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U.S. Department of State
Bureau of Consular Affairs
Washington, DC 20520

Consular Information Sheet


Please click on this link to read important information you should see before you travel abroad

This information is current as of today,


Americans planning travel to Niger should read Intercountry Adoption NigerAvian Flu Fact Sheet and Worldwide Caution  Public Announcement available on the Department of State web site at

June 06, 2006

COUNTRY DESCRIPTION:   Niger is a developing, landlocked African nation whose northern area includes the Sahara Desert.  Tourism facilities are minimal, particularly outside the capital city, Niamey, and the ancient caravan city of Agadez.  Ecotourism and adventure tourism opportunities are plentiful.  Read the Department of State Background Notes on Niger  for additional information.

ENTRY/EXIT REQUIREMENTS:   A passport and visa are required.  Visas can be obtained at the airport.  Travelers should obtain the latest information on entry/exit requirements from the Embassy of the Republic of Niger, 2204 R Street NW, Washington D.C. 20008, telephone: (202) 483-4224.  See also our Foreign Entry Requirements brochure for more information on Niger and other countries. Overseas, inquiries should be made at the nearest Nigerien embassy or consulate.

See Entry and Exit Requirements for more information pertaining to dual nationality and the prevention of international child abduction. Please refer to our Customs Information to learn more about customs regulations.

SAFETY AND SECURITY: Niger held generally free and fair local, legislative and presidential elections in 2004.  While there was a peaceful transition from one democratically elected government to another, the potential for anti-government demonstrations and other disturbances remains.  U.S. citizens are advised to avoid street demonstrations and maintain security awareness at all times. Large student demonstrations in January and February have been annual occurrences historically, and should be avoided since even demonstrations intended to be peaceful can turn confrontational at times without much advanced warning.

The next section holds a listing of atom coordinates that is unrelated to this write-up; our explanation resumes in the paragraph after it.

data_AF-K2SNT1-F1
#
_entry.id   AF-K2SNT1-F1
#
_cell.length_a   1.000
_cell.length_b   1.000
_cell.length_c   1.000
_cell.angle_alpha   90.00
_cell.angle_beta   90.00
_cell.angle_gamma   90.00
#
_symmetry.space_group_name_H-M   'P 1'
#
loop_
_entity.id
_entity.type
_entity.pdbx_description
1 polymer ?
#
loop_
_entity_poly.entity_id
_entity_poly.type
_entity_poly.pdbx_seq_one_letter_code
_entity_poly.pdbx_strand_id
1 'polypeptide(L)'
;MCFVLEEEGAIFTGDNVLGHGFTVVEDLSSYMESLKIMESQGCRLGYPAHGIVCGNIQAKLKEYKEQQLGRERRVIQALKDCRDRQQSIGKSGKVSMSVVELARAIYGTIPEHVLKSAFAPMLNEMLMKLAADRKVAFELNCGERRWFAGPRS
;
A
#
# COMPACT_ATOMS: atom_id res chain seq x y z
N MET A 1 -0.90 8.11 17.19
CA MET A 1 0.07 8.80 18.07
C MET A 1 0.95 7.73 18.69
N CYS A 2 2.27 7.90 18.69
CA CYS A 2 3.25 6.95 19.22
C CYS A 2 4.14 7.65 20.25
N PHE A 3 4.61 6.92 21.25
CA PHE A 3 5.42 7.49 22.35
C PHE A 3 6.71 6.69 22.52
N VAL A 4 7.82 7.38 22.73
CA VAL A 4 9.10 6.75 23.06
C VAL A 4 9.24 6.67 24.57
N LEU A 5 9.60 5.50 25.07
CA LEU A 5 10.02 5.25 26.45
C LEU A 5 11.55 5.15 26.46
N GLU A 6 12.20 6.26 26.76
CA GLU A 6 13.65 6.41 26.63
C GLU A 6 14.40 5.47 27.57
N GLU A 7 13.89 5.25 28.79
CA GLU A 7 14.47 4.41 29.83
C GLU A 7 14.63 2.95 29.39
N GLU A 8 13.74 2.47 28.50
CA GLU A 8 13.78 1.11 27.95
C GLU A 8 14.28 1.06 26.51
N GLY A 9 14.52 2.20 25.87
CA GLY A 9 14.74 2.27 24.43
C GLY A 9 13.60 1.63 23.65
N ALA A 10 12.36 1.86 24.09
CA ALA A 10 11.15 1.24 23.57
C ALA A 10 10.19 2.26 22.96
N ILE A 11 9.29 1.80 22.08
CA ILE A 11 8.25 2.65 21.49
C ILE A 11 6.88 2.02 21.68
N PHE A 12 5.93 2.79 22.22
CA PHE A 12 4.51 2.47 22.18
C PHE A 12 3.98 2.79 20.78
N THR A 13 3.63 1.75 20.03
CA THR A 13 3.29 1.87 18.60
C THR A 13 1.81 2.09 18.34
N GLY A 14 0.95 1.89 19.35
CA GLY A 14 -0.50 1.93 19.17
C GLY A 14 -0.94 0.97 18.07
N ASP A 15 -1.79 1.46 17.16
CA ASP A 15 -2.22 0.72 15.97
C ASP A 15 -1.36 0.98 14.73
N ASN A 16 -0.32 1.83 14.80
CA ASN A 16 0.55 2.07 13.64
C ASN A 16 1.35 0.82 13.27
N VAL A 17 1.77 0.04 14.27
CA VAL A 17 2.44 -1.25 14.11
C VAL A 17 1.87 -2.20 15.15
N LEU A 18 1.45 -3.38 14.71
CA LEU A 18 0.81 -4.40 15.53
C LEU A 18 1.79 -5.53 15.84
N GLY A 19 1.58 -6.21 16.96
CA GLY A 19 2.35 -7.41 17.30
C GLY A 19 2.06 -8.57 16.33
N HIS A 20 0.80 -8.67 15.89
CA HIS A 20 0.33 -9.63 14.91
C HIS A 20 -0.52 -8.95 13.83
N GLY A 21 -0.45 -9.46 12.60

For off road travel in remote areas of the country, the Department of State urges U.S. citizens to make use of registered guides and to travel with a minimum of two vehicles.  All foreigners traveling in the northern part of Niger must present an approved travel route through the office of the Governor of Agadez. For tourists, this can most easily be done through coordinating all travel with registered tour operators, who coordinate formally and regularly with Nigerien government and security officials on issues related to tourist safety and security in the North.  Thus, it is strongly recommended tourists use registered tour operators when traveling to Northern Niger.  Names of such tour operators for Northern Niger can be obtained from the tourism association in Agadez.  Global positioning systems and satellite phones are also recommended.  Travelers are advised to avoid all restricted military areas and to consult local police authorities regarding their itinerary and security arrangements.  U.S. citizens visiting Niger are encouraged to register with the U.S. Embassy in Niamey.

For the latest security information, Americans traveling abroad should regularly monitor the Department’s Internet web site, where the current Worldwide Caution Public Announcement, Travel Warnings and Public Announcements can be found.

Up-to-date information on safety and security can also be obtained by calling 1-888-407-4747 toll free in the U.S., or for callers outside the U.S. and Canada, a regular toll-line at 1-202-501-4444.  These numbers are available from 8:00 a.m. to 8:00 p.m. Eastern Time, Monday through Friday (except U.S. federal holidays).

The Department of State urges American citizens to take responsibility for their own personal security while traveling overseas.  For general information about appropriate measures travelers can take to protect themselves in an overseas environment, see the Department of State’s pamphletA Safe Trip Abroad.

NOTE TO NON GOVERNMENTAL ORGANIZATION (NGO) WORKERS: Following the murder of a French tourist in the region of Agadez in December 2005, the Government of Niger (GON) began requiring that NGOs not only be registered and officially recognized but that they inform the GON of each mission they plan to undertake in Niger. To avoid detainment and/or expulsion by Nigerien authorities, Embassy Niamey strongly recommends that NGO workers: